Schmid has big goals: female ski jumpers celebrate their world premiere at the Monster Bakken

Schmid has big goals
Female ski jumpers celebrate their world premiere at the Monster Bakken

After a long battle, they have finally reached their destination: the first World Cup ski flying in history awaits the women around world champion Katharina Schmid from Friday. For the premiere, Germany’s top jumper has set herself the magical mark as a goal.

Katharina Schmid has prepared gifts for the world premiere at the Monster Bakken. “Seven Seconds” is the name of the film in which the ski jumping world champion plays a leading role and which will soon celebrate its cinema premiere. On the many DVDs that Schmid took with her to Vikersund, she talks about her long-standing dream of becoming the first ski fly for women. A dream that will become reality for the first time at a World Cup from Friday.

The title of the documentary refers to the length of time that Schmid and Co. are in the air – in contrast to the four or five seconds during a “normal” jump. The distances are also enormous on the huge jumps, which for a long time were only reserved for men. “I want to do the 200 meters. That’s my biggest goal this season,” says the 27-year-old before training on Friday, which heralds the premiere competitions.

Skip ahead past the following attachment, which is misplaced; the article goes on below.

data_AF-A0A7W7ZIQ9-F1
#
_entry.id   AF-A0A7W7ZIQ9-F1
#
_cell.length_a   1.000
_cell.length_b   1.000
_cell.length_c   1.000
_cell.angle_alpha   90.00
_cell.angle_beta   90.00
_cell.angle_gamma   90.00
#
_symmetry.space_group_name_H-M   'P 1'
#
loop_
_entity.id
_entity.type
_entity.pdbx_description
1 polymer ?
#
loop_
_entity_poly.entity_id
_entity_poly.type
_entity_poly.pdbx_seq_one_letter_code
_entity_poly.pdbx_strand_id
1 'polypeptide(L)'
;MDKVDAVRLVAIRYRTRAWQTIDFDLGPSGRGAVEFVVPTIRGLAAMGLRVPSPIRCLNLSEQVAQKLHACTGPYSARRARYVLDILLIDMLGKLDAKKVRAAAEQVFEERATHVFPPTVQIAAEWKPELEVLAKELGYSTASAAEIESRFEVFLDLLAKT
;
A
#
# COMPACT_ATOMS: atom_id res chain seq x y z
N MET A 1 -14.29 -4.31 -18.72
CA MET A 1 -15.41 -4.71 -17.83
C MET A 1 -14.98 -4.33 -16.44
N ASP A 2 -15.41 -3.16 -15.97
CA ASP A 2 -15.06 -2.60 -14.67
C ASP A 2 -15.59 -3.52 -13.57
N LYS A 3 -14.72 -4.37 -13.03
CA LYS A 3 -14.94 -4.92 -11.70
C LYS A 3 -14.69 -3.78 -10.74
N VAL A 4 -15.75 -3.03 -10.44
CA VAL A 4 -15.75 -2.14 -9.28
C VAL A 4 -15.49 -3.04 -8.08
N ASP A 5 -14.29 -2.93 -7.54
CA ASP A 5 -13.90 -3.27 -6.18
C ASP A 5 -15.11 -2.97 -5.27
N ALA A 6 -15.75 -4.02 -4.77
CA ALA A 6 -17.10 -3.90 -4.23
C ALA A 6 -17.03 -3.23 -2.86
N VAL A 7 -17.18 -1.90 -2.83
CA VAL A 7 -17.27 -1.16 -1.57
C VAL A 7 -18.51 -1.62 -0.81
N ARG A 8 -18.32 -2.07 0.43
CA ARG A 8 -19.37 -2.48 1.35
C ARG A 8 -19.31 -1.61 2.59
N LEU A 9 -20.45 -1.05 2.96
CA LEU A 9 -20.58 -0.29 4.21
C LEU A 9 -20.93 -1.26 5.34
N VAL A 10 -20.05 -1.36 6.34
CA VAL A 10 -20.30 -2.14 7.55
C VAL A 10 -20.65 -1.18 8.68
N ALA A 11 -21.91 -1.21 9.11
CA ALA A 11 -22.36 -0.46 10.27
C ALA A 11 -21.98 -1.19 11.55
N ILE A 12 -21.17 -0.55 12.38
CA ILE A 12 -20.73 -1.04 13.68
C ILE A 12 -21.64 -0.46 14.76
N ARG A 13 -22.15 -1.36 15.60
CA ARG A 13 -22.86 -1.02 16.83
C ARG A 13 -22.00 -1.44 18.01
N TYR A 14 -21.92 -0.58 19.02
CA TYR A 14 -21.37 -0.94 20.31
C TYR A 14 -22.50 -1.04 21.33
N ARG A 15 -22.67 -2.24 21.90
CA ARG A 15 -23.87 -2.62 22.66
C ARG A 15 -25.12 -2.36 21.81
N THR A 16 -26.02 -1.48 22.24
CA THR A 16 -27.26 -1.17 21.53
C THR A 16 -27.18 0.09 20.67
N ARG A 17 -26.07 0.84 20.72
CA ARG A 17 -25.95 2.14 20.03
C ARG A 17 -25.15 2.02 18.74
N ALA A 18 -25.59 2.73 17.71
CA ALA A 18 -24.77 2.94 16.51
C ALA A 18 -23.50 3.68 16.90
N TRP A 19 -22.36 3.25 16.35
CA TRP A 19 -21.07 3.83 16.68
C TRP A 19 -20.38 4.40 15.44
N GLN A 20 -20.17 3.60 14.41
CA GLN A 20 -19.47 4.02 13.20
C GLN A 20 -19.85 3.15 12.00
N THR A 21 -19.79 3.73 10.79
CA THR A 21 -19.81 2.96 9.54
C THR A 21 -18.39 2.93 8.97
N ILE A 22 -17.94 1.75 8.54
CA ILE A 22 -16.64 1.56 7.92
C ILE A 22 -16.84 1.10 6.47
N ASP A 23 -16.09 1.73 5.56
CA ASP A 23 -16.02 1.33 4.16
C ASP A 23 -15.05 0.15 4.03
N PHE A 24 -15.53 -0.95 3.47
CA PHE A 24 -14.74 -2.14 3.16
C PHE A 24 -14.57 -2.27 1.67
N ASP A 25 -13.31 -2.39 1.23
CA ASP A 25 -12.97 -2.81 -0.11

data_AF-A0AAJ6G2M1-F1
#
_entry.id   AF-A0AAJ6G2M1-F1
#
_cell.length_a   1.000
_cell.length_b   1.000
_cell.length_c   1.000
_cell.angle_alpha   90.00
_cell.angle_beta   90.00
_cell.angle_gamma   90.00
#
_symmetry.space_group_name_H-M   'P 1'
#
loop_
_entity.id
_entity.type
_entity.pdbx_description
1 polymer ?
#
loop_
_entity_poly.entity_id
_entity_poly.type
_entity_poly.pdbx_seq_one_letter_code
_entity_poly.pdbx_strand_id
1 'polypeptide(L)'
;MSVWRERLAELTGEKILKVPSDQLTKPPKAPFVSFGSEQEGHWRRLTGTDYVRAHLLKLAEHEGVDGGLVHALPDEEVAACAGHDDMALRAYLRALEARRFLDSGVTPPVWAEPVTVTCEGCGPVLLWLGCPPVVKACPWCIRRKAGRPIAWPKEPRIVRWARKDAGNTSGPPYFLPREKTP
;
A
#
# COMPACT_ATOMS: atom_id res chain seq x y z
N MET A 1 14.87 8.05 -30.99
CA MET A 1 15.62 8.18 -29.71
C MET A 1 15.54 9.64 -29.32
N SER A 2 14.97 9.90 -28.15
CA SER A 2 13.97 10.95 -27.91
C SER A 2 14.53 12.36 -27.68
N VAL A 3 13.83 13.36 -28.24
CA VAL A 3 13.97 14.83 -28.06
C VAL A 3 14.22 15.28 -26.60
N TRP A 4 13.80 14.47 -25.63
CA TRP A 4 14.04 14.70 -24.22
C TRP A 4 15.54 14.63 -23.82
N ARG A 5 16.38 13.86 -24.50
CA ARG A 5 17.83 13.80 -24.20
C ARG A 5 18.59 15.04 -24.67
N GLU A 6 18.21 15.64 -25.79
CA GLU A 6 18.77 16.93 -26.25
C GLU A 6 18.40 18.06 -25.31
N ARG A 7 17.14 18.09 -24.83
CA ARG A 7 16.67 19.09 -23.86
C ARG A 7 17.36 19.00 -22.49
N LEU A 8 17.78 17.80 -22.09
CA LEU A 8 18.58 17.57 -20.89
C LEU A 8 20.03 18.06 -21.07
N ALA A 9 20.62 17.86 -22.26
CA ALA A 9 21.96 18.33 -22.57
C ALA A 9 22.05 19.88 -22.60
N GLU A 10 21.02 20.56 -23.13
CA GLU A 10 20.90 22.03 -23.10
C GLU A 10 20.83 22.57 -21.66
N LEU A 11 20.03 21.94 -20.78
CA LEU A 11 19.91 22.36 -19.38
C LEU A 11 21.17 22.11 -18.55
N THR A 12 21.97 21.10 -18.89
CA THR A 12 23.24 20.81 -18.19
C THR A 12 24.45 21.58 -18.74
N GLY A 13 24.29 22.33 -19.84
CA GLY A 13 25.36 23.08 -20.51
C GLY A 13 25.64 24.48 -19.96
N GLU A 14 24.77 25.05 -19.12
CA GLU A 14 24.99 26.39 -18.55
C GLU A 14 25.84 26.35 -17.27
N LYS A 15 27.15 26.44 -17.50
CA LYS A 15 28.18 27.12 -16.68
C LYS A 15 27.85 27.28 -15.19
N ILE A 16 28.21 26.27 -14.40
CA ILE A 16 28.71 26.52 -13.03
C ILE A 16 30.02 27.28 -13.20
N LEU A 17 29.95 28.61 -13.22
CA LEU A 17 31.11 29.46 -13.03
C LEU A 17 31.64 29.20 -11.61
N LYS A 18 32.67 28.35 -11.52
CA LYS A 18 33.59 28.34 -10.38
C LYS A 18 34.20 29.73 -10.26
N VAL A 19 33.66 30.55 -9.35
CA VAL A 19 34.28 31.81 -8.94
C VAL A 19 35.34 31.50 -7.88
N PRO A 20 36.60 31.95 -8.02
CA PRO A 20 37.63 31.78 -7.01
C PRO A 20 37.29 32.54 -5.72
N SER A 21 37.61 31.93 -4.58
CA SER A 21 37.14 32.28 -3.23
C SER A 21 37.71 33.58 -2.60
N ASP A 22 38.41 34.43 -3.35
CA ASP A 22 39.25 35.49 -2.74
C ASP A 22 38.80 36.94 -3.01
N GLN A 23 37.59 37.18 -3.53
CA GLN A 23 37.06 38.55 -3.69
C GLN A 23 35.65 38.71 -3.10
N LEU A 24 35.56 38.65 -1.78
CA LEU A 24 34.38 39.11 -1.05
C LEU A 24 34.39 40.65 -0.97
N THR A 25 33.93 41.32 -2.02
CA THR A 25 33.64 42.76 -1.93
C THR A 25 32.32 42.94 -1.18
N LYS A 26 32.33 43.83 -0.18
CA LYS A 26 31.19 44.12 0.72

A year ago, Schmid, who was still called Althaus at the time, was allowed to fly in Vikersund together with the best jumpers in the world with the blessing of the world association FIS. But there weren’t any points back then, things are different now. The best 15 of the overall World Cup are qualified, three more made it through the overall ranking of the Raw Air Tour, including Selina Freitag.

Schmid and Co. are taking a further step towards the often invoked “equality at the ski jump”. It was a long battle until then. “In the marathon, it was initially said: This isn’t possible for women, the lungs and heart can’t stand it. Then a woman just did it – and it worked,” says overall World Cup winner Eva Pinkelnig from Austria in the “Seven Seconds” -Documentary: “So: Let’s fly.”

But there are still warnings. “As long as you fly safely and land without falling, everything is wonderful,” says Toni Innauer. According to the former world champion, “the fall events are systematically ignored.” This means that since women ski fly at significantly higher starting speeds than men, they would impact differently in the event of a fall. The consequences? Uncertain.

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